Step 1: Find the Matching Diameter in PVC
I had a bunch of PVC laying around in different diameters so I found the one that matched the table leg. It was only 3-4mm larger which would be solved with a little wedge. I wanted to raise the tables by 18cm, so I cut the PVC sleeves double that.
Step 2: Cut Wooden Blocks
I had a piece of 2x10 from a shipping skid that was a decent fit. I wanted something a bit too large so that I could get a nice, tight friction fit. I cut it into a block, then used the mitre saw to cut the 18cm lengths to fit inside.
Step 3: Smooth the Edges
I used the router to round the edges of the blocks then put them on the belt sander to bring them down just a tiny bit more for a nice snug fit.
Step 4: Insert the Blocks
The final step was to push the blocks into the sleeves and knock them in. Once they slid over the table legs, a chopstick made the perfect wedge and the table was solid.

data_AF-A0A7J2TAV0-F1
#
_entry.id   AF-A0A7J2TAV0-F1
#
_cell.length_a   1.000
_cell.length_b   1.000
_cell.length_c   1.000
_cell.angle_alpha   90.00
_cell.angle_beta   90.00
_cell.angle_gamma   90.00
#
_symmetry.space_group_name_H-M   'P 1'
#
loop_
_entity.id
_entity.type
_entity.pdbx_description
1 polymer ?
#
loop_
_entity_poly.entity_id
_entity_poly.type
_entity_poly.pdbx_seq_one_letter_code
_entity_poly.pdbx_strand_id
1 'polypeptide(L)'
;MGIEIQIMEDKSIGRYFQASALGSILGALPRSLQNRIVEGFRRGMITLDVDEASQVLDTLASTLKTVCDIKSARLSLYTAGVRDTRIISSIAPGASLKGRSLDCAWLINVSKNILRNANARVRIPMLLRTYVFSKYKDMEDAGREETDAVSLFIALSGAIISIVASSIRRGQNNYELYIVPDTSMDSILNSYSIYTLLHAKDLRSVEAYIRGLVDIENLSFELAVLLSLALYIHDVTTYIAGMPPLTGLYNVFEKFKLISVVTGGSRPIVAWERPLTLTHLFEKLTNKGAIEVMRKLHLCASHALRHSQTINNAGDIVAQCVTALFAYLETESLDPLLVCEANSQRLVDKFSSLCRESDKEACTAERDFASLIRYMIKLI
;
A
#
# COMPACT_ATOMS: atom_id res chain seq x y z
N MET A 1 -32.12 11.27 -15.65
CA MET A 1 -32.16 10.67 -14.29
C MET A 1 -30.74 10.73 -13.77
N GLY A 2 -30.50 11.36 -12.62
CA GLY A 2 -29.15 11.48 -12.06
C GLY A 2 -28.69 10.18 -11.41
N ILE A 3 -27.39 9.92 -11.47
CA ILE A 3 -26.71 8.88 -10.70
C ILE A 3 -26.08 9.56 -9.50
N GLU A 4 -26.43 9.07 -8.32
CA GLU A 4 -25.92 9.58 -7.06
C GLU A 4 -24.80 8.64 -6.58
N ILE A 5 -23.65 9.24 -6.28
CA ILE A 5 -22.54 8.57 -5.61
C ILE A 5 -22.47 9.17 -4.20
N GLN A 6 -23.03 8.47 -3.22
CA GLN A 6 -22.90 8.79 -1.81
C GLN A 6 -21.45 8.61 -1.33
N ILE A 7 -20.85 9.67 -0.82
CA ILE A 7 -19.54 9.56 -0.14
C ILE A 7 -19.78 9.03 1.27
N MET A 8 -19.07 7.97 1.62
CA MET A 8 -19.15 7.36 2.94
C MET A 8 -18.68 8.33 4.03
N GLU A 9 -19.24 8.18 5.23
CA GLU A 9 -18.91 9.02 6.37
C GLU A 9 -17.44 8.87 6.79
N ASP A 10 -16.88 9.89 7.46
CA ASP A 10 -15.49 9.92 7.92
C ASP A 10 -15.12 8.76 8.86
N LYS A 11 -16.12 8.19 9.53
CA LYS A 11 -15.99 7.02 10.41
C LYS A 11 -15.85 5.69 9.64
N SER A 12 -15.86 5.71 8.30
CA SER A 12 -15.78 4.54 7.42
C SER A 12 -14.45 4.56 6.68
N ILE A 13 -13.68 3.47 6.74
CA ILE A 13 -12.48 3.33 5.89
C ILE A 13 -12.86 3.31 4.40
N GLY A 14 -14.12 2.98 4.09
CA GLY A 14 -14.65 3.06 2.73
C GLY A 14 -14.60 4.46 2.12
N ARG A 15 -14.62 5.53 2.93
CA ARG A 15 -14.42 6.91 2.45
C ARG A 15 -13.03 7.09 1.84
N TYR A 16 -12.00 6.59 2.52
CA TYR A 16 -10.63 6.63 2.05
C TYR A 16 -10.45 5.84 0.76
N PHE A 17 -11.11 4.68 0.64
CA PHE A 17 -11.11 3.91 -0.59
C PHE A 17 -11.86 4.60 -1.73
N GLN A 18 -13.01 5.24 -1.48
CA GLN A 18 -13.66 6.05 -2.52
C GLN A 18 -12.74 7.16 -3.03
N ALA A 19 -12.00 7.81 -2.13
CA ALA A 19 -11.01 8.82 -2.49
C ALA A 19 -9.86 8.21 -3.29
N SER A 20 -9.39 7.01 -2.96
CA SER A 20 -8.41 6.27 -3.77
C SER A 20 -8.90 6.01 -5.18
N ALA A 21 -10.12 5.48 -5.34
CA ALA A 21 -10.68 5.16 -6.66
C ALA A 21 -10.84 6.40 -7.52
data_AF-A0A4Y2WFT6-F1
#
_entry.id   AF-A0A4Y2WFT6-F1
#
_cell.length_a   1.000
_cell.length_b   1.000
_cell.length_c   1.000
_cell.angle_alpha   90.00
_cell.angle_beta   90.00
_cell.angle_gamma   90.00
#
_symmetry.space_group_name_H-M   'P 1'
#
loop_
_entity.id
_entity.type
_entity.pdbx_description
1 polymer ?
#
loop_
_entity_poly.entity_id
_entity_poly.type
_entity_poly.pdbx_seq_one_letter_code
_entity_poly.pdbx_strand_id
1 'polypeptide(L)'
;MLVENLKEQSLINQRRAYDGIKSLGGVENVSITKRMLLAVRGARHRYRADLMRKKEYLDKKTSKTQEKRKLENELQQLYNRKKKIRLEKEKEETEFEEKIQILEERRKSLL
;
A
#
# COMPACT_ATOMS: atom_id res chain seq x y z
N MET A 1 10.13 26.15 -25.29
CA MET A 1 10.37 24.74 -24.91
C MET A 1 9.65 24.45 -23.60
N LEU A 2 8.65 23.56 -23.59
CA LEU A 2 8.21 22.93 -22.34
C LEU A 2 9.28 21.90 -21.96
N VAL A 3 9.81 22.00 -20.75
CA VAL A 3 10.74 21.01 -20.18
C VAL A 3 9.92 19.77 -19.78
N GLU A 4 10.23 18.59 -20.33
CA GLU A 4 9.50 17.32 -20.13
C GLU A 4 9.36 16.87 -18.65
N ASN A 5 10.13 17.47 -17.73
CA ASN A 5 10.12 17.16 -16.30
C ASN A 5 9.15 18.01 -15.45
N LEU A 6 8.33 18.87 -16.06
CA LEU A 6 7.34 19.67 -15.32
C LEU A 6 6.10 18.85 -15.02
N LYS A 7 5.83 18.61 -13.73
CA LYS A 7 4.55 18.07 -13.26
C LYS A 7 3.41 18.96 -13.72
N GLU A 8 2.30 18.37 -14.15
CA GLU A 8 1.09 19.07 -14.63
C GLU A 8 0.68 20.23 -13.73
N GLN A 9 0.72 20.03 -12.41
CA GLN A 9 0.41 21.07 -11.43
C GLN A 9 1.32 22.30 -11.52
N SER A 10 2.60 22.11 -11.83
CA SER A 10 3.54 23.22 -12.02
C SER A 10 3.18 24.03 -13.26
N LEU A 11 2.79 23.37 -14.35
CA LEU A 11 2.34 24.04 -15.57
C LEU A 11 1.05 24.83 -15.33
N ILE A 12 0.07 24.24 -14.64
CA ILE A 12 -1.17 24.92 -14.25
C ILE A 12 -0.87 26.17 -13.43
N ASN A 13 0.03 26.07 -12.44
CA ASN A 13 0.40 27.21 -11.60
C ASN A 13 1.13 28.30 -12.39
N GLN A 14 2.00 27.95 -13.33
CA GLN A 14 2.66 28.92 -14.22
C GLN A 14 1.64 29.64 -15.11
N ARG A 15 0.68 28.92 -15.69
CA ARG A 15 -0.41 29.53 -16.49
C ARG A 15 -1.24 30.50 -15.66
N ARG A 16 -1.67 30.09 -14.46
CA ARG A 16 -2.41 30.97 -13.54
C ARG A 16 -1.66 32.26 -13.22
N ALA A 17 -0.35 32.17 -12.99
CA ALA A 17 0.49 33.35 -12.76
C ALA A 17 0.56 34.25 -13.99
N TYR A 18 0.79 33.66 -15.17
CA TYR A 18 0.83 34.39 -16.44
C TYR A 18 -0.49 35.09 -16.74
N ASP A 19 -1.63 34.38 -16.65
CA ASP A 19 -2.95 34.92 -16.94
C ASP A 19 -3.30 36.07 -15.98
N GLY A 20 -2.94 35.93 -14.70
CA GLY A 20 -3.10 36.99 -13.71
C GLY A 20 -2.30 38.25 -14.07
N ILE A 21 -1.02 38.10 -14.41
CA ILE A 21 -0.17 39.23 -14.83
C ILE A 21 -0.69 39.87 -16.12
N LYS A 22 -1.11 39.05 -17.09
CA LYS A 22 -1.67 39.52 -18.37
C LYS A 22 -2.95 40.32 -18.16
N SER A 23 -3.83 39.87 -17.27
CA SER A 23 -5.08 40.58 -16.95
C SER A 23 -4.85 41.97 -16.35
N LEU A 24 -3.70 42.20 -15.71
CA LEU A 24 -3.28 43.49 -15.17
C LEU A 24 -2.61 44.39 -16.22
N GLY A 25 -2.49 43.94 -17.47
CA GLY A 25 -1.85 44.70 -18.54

Step 5: Engaging Teachers
Some teachers had been using the sorts of risers you see in the picture. Not only are they less stable, but they cost $25 a set. But the best part of this project was that I managed to get people in the room and engage them in the process. My thinking is that the more comfortable they are in here, the more comfortable they will be bringing their students in to make stuff!